Creativity: A Forgotten Key to a Happy and Fulfilling Life

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The Enemies of Creativity

Part of reversing this process is to become aware of your own habits and blocks, and learn how they got there. By bringing awareness to these enemies of creativity, you can overcome them and begin to build new habits and practices in their place. To that end, let’s look at the three primary forces that come together to dampen our creative impulses and divorce us from our inner creative self:

  • Socialization
  • Traumatic experiences
  • Rejection

Socialization

Socialization is the process by which we become functioning members of society. It’s how we learn to communicate with each other, behave as part of a cohesive group, and navigate within the complex social worlds we inhabit. Like so many tools, socialization can be both a positive and negative force. By the time we reach adulthood, our beliefs, behaviors, tastes, and personal goals often align with socialized norms, and no longer feel like extensions of our true creative selves. We may lose sight of where we end and society begins, creating a sense of alienation from ourselves. We may begin to believe that we are broken or “not enough.” Trying to regain a sense of belonging, we go further into the cycle of trying to adhere to social structures, cutting us off from our innate creativity even more.

Traumatic Experiences

Trauma is a highly sensitive topic, especially for those who have experienced severe episodes. Even for those who haven’t experienced trauma at an extreme level, this enemy of creativity remains relevant, since everybody has lived through traumatic experiences of some kind, such as divorce, bullying, loss of a loved one, or illness. The nervous system responds to trauma with a survival response, scaling back to the basic functions housed in the brain stem: fight, flight, or freeze. In order to be creative, we need to have the physical and psychological safety to use our whole brain and being freely, so trauma literally stifles creativity on a cellular level. If we experience trauma, especially in our formative years, it can lead to patterns of anxiety, destructive self-talk, inner criticism, procrastination, perfectionism, addictive behaviors, self-doubt, or feelings of being not valuable or lacking a purpose.

Rejection

Rejection sits at the intersection of socialization and trauma. Like it or not, violating the written or unwritten rules of our families, religion, or society at large can lead to rejection of all kinds, which is a traumatic experience in its own right. Sociologists tell us that the fear of being rejected can be nearly as strong as the fear of death. After all, for most of human history, being banished from one’s group meant facing the terrors of nature alone, which was tantamount to death. Some of us grew up in punitive environments where we were told “you can’t do it” or “you’re not enough,” further squelching natural curiosity and the ability to take creative risks. We learned from many well-meaning caregivers to doubt who we are and what we are capable of. The biggest threat that rejection poses to our creativity is a learned resistance to making mistakes and failing. Failure is an essential element of experimentation, growth, and creative expression. We have to be able to try new things. Rejection tells us that there is a “right” way, and that your value is tied to your ability to get it right. Yet if you study the history of any individual who achieved something we value today, they walked a tough road of rejections and setbacks. We only accept and cheer their individuality after the fact. For many of us, this fear of rejection is so palpable that it stymies our creative thinking and expression by whispering in quiet voices, Don’t be different. Don’t try something new. Don’t get it wrong.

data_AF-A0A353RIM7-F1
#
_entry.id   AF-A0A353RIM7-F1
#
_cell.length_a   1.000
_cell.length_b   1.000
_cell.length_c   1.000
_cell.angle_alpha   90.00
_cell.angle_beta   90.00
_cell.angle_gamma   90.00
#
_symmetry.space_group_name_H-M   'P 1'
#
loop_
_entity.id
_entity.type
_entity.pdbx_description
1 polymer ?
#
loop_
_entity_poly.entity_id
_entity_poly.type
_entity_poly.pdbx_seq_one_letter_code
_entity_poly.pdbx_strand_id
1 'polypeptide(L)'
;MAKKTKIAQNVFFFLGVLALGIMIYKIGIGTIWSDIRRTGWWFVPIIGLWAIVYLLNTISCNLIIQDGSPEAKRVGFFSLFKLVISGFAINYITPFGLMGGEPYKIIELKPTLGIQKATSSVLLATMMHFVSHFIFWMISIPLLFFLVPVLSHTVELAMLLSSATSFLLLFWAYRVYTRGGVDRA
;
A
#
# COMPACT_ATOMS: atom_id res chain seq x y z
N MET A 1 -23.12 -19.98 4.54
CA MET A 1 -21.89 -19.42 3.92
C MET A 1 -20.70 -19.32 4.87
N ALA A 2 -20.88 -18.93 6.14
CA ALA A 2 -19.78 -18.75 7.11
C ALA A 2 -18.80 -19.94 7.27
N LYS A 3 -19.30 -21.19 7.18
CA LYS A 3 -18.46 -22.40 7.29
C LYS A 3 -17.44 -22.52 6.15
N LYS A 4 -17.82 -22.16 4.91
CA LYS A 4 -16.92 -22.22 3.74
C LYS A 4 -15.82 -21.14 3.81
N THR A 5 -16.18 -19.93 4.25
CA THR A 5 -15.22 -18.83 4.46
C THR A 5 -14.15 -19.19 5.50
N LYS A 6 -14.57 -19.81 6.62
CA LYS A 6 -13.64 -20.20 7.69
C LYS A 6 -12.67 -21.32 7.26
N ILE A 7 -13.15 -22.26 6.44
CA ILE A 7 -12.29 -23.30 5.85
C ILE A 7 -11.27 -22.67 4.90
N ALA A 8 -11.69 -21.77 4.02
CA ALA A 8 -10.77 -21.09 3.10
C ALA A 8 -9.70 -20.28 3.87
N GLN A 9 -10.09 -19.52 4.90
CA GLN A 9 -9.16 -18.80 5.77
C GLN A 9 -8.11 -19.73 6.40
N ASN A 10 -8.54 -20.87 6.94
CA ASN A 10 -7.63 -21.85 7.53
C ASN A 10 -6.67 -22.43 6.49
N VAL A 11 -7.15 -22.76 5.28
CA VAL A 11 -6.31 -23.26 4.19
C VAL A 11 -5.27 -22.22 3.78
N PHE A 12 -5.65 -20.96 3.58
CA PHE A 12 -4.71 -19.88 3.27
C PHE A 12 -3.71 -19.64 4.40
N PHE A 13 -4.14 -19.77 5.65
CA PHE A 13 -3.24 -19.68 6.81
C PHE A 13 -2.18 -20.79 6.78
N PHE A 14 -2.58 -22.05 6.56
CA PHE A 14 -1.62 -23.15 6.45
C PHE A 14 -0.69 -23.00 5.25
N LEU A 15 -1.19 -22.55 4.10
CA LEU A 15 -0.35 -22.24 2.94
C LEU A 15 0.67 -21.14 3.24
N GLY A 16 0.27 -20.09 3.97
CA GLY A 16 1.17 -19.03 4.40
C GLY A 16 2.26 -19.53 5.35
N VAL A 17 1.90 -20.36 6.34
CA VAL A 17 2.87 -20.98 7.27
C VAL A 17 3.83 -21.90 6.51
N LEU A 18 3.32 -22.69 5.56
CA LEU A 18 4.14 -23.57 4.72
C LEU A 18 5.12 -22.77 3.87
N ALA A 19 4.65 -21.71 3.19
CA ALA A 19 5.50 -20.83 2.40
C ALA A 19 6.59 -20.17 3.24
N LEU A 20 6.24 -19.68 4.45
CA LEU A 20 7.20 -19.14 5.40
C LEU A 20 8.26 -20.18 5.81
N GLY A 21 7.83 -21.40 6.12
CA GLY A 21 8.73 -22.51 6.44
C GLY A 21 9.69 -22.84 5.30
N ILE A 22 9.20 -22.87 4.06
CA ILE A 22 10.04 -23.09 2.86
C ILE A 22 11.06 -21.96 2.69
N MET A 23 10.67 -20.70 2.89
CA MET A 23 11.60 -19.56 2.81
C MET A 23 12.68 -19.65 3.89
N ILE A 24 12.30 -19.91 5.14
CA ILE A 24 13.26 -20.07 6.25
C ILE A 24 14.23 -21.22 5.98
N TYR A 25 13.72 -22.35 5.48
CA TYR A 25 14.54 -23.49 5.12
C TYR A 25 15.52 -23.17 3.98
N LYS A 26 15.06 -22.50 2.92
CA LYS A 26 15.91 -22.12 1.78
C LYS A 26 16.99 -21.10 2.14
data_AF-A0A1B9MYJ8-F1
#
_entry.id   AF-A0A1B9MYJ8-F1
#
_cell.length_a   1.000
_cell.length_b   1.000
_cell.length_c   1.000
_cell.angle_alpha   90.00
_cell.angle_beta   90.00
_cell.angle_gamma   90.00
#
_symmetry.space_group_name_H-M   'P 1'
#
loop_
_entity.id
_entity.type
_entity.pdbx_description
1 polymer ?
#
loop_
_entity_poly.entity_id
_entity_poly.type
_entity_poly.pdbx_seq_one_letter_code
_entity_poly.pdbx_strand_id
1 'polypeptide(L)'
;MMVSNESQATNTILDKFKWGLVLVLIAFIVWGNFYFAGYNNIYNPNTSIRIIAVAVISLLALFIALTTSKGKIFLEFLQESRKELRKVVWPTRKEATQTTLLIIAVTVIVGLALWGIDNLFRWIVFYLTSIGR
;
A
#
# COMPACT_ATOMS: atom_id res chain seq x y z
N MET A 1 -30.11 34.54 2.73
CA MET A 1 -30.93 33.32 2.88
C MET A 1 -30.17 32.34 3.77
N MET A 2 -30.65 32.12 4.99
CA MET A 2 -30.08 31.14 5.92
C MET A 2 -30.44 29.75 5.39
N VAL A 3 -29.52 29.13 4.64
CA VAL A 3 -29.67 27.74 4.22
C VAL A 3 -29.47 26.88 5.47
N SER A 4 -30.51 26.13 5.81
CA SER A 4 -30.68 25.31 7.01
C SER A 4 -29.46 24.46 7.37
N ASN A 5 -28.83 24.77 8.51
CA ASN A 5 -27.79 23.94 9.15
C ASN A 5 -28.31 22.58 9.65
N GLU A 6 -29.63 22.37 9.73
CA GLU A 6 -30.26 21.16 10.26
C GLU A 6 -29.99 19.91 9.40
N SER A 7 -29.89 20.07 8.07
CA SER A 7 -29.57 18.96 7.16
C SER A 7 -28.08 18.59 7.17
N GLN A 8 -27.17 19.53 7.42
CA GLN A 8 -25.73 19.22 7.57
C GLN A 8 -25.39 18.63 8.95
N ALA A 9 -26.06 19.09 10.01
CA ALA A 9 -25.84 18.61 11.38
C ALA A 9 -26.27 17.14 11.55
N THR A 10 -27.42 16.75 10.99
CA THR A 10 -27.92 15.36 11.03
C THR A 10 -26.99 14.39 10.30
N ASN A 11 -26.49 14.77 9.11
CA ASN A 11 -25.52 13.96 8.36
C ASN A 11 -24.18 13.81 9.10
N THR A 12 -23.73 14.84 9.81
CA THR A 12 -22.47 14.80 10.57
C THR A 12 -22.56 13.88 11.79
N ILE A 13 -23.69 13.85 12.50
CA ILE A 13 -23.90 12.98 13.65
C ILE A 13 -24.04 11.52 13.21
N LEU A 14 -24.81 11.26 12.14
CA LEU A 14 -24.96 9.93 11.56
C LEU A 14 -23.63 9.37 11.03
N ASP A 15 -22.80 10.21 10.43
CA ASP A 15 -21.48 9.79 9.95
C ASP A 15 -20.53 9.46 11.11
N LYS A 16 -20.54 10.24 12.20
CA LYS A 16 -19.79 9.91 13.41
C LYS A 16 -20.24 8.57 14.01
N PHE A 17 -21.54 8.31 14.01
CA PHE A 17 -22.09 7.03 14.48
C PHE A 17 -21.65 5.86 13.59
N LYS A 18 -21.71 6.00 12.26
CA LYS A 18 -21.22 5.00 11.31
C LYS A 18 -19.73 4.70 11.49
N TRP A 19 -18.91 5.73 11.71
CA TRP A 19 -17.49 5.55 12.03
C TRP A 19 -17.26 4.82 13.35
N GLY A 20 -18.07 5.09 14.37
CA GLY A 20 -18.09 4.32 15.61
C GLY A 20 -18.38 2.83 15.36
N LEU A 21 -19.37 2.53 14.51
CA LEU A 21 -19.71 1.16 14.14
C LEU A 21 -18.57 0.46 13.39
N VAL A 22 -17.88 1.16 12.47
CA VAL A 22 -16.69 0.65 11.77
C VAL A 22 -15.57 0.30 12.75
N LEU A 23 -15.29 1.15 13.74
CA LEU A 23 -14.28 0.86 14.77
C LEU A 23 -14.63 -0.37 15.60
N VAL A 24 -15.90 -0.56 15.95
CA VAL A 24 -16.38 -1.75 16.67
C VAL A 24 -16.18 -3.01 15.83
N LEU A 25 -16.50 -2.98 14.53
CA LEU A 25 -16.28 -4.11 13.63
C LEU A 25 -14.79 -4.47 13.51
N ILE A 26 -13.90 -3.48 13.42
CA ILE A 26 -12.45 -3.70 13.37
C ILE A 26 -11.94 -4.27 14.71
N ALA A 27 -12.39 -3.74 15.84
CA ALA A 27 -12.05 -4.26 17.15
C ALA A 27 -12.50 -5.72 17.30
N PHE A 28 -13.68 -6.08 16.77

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Red Wheel Weiser

Red Wheel Weiser

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Imprints include Red Wheel, Weiser Books, Career Press, New Page Books & Hampton Roads. Books to live by.